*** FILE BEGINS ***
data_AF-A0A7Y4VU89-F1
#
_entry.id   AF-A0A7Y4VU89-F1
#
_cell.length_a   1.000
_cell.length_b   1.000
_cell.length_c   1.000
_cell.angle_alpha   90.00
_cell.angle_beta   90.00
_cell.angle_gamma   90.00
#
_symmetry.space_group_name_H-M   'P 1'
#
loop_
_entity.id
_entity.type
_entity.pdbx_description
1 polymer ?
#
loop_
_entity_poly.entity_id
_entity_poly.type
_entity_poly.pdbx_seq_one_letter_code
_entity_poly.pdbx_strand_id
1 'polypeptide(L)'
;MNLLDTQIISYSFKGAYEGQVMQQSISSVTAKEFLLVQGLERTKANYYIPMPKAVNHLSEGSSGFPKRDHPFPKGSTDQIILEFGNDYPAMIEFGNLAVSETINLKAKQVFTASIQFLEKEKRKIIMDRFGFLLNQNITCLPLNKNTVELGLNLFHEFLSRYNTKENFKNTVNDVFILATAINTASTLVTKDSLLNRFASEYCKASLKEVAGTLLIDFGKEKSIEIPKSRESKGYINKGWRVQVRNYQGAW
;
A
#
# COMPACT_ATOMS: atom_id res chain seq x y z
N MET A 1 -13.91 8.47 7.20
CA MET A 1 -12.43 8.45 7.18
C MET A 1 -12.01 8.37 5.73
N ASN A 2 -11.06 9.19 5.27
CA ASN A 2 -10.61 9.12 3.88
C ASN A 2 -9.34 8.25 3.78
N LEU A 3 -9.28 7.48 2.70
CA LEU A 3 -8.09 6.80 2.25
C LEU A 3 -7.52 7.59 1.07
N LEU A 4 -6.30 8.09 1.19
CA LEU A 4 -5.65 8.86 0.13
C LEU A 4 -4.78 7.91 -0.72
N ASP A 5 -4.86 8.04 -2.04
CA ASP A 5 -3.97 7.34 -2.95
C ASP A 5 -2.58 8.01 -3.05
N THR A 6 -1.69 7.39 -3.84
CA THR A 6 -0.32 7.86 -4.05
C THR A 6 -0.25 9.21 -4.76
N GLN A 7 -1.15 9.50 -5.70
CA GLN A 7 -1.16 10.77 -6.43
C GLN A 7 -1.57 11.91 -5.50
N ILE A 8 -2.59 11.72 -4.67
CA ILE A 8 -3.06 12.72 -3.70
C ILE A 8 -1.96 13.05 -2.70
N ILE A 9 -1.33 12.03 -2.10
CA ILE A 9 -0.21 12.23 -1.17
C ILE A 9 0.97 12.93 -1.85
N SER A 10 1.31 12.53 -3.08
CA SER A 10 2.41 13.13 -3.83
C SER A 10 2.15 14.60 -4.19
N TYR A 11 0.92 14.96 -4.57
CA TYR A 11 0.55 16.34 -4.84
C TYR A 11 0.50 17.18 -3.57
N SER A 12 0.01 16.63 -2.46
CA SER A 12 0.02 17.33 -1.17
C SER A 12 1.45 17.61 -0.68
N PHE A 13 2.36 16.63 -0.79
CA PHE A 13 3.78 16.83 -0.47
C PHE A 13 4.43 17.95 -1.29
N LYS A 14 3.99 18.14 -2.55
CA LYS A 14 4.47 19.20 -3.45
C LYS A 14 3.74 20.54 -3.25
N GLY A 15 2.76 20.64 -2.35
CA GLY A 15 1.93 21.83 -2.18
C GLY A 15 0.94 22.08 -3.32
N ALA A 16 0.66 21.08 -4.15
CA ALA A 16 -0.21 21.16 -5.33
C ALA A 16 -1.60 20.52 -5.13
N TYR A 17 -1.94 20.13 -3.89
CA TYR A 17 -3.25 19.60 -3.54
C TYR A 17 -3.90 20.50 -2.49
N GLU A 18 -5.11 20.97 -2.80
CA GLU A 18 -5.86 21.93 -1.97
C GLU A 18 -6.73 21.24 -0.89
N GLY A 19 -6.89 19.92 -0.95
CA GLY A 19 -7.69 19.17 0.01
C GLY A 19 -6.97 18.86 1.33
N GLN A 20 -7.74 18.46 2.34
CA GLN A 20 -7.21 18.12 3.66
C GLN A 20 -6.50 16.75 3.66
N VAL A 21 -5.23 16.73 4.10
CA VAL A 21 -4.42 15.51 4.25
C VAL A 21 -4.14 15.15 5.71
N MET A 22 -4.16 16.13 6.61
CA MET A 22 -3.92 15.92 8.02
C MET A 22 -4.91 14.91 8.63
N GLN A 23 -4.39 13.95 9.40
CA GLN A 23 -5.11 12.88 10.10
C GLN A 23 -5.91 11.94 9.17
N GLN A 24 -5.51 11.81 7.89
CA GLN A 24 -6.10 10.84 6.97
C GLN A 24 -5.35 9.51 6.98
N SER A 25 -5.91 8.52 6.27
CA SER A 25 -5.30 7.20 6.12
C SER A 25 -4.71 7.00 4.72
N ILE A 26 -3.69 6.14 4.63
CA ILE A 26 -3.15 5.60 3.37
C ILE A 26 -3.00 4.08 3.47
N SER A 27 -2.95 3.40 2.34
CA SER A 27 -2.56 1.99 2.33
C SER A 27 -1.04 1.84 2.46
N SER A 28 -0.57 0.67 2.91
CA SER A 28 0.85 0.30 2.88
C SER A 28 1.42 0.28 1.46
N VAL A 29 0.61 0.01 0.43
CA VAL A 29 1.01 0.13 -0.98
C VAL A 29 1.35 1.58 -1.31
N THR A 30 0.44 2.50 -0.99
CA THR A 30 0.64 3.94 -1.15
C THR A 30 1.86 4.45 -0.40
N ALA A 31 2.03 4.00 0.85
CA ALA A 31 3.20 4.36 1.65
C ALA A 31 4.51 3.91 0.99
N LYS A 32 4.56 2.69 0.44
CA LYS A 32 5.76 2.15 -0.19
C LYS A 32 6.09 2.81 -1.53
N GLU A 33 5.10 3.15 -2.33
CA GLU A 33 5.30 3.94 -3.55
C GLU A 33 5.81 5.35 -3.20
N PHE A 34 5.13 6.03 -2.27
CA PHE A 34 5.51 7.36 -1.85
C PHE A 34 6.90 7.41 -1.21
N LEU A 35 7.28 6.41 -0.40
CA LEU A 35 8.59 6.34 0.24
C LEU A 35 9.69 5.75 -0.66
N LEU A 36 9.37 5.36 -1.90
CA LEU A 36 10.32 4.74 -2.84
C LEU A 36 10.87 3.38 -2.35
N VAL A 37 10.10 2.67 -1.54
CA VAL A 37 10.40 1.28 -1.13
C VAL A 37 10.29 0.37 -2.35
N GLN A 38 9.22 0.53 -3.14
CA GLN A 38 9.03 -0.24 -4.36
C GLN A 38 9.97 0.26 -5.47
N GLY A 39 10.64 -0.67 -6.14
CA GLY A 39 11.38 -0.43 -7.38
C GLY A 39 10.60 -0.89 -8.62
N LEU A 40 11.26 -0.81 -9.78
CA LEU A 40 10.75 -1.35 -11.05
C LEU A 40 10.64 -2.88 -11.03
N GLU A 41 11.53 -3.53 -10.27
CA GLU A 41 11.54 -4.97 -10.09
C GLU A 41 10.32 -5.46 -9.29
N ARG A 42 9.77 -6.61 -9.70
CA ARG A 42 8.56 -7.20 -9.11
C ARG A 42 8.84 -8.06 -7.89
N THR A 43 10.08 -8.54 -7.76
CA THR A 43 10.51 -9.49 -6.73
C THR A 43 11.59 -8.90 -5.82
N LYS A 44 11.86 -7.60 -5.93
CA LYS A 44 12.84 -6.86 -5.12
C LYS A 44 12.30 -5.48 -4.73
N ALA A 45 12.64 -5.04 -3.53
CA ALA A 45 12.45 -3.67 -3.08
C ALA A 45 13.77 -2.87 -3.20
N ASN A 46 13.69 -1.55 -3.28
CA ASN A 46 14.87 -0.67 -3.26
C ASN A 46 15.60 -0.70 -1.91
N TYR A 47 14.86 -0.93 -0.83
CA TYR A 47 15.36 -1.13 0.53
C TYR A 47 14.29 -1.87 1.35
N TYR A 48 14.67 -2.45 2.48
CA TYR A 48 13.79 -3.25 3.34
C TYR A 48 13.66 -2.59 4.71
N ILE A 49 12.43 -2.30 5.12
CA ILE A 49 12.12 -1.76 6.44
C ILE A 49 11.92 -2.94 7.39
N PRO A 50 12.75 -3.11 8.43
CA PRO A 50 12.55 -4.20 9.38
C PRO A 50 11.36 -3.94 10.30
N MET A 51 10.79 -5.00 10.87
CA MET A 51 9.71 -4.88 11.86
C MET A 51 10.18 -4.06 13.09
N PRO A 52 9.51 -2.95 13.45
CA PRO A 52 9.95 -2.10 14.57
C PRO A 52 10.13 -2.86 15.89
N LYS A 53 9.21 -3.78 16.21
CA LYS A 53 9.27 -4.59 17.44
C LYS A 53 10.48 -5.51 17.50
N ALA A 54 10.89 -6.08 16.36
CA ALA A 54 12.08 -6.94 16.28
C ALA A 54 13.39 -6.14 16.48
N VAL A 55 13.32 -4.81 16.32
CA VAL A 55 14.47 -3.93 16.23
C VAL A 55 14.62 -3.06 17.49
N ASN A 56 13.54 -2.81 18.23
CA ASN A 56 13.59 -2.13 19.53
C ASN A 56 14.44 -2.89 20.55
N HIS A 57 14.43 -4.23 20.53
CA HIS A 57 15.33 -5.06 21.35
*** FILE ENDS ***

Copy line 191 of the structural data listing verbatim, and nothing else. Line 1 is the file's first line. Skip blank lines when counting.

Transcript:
CA ALA A 54 12.08 -6.94 16.28